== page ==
Skip navigation
Please use this identifier to cite or link to this item:
Full metadata record
DC FieldValueLanguage
dc.contributor.advisorZondlo, Mark A
dc.contributor.authorGuo, Xuehui
dc.contributor.otherCivil and Environmental Engineering Department
dc.description.abstractAtmospheric ammonia (NH3) emissions are primarily anthropogenic and pose great threats to human health and environment, but these emissions remain largely unregulated globally. A full understanding of NH3 emissions and their variabilities on all spatiotemporal scales is important for policy purposes, yet difficult to achieve due to challenges in measuring gas-phase NH3. My research aims to advance the knowledge of NH3 emissions and deposition using in situ, ground-based, and remote sensing observations. I start by discussing the heterogeneity of NH3 fluxes observed in two adjacent natural ecosystems in the southeastern United States measured using open-path, quantum cascade laser (QCL)-based sensors I developed. I then introduce the development of an algorithm to validate satellite NH3 observations at single pixel scales and show that NH3 total columns from the Infrared Atmospheric Sounding Interferometer (IASI) and the Cross-track Infrared Sounder (CrIS) are comparable to those integrated from collocated airborne and ground-based measurements during the DISCOVER-AQ/FRAPPÉ Colorado experiment. Finally, I compare oversampled IASI NH3 observations with ground monitoring networks to characterize the similarities and differences in the spatiotemporal variabilities of NH3 in the United States and China, followed by a discussion of factors that need to be considered when comparing column measurements and surface concentrations. My research demonstrates that in situ measurements help identify sub-grid variabilities of NH3 exchange between land and air. Satellite observations are capable of capturing the variabilities of NH3 on small spatiotemporal scales and can be aided by ground monitoring, but more work is needed to measure the vertical distribution of NH3 in the atmosphere to bridge the gap between satellite and ground-based observations.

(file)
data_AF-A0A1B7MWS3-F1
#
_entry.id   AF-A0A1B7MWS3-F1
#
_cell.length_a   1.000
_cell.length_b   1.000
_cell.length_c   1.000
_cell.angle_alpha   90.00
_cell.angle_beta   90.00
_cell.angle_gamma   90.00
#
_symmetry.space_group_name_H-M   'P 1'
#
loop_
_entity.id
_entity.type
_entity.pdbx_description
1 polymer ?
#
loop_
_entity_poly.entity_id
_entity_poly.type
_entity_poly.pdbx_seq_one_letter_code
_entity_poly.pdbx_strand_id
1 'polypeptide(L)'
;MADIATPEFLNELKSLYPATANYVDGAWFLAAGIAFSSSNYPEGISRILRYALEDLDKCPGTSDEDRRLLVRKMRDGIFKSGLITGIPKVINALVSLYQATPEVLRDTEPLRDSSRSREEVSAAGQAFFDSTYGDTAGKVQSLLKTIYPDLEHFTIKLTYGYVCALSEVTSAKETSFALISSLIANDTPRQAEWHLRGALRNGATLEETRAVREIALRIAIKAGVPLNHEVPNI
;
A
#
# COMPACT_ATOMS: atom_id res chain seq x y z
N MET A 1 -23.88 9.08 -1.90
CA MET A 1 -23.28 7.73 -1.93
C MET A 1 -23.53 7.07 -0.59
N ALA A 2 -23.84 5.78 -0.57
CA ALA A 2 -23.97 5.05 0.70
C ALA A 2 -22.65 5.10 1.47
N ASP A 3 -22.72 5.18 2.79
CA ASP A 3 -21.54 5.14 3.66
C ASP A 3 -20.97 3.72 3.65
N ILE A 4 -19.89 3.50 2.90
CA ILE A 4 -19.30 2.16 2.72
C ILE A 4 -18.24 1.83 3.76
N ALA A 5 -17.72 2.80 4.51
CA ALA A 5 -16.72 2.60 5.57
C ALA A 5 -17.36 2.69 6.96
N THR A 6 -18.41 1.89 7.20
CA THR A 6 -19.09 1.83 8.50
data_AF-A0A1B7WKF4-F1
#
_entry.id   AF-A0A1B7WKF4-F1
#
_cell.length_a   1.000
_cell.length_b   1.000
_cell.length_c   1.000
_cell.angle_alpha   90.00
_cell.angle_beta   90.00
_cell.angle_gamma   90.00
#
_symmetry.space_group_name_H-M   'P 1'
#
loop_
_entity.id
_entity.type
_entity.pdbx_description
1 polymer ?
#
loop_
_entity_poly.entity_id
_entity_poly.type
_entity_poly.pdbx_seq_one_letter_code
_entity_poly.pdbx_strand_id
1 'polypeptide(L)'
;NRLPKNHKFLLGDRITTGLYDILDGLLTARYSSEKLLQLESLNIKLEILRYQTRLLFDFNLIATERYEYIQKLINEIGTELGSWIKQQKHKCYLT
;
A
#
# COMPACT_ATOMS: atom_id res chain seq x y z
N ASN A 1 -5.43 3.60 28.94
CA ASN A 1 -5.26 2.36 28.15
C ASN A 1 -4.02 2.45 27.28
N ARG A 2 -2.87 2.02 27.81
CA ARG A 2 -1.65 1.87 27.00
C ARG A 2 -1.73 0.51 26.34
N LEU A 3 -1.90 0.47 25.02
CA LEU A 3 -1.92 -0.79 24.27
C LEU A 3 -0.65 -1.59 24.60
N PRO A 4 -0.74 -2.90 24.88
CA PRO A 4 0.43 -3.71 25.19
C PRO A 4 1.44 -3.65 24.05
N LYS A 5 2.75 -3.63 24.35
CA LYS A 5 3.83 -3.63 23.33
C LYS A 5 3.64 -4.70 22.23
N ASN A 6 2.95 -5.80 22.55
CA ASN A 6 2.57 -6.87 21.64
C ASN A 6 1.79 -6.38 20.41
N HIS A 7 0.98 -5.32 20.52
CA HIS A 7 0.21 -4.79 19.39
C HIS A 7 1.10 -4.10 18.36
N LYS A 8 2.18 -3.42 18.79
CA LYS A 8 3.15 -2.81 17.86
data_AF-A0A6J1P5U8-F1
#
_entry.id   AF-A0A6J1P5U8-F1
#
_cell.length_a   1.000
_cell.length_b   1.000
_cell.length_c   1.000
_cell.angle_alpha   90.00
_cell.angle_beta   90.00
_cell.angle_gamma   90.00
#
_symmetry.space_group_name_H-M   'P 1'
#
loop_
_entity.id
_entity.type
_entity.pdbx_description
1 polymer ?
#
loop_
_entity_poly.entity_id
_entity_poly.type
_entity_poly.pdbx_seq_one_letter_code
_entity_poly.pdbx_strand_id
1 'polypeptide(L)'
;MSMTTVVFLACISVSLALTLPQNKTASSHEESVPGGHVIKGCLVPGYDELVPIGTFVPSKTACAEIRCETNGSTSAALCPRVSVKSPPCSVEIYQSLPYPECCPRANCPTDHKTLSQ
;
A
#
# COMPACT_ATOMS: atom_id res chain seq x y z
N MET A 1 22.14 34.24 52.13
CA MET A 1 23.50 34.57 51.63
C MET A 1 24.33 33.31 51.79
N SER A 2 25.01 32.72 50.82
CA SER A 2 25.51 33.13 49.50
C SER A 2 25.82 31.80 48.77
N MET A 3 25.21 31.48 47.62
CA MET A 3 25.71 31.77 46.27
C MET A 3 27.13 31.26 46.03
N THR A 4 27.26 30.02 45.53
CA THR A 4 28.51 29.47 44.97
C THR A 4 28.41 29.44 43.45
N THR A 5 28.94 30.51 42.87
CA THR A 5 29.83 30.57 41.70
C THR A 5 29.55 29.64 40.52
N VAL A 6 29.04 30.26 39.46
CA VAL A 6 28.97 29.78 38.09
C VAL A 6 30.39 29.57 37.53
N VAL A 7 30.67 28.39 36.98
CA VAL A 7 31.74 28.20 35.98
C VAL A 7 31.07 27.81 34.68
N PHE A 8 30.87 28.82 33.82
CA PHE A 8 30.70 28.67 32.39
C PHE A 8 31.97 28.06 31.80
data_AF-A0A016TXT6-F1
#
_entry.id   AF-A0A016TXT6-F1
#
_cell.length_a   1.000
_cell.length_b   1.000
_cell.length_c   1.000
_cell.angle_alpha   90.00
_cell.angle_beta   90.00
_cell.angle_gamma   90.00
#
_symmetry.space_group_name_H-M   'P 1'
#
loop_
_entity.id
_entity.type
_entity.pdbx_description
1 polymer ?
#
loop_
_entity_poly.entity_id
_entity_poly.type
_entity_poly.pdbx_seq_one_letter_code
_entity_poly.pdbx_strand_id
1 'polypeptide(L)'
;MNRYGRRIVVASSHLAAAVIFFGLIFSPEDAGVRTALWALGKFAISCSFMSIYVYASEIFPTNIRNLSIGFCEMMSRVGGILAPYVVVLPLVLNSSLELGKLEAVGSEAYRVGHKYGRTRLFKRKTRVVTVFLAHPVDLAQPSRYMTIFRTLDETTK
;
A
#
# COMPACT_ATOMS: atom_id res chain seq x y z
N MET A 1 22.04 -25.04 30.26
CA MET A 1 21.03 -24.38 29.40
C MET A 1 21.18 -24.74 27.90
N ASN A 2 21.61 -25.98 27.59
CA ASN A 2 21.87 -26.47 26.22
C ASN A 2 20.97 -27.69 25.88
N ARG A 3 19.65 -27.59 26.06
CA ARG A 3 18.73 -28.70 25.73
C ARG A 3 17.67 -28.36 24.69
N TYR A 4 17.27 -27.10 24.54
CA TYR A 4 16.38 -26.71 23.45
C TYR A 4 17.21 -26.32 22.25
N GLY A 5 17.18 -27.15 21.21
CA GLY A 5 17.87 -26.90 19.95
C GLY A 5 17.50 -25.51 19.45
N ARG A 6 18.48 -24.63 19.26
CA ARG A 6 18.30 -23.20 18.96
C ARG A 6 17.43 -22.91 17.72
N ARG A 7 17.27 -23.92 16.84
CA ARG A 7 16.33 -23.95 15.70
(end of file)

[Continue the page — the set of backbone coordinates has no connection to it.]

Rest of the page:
dc.publisherPrinceton, NJ : Princeton University
dc.relation.isformatofThe Mudd Manuscript Library retains one bound copy of each dissertation. Search for these copies in the library's main catalog: <a href=></a>
dc.subjecteddy covariance
dc.subjectremote sensing
dc.subject.classificationEnvironmental engineering
dc.subject.classificationEnvironmental science
dc.subject.classificationAtmospheric sciences
dc.titleAmmonia Emissions, Deposition, and Variability through In Situ, Ground-Based, and Remote Sensing Observations
dc.typeAcademic dissertations (Ph.D.)
pu.departmentCivil and Environmental Engineering
Appears in Collections:Civil and Environmental Engineering

Files in This Item:
File Description SizeFormat 
Guo_princeton_0181D_14184.pdf3.84 MBAdobe PDFView/Download

Items in Dataspace are protected by copyright, with all rights reserved, unless otherwise indicated.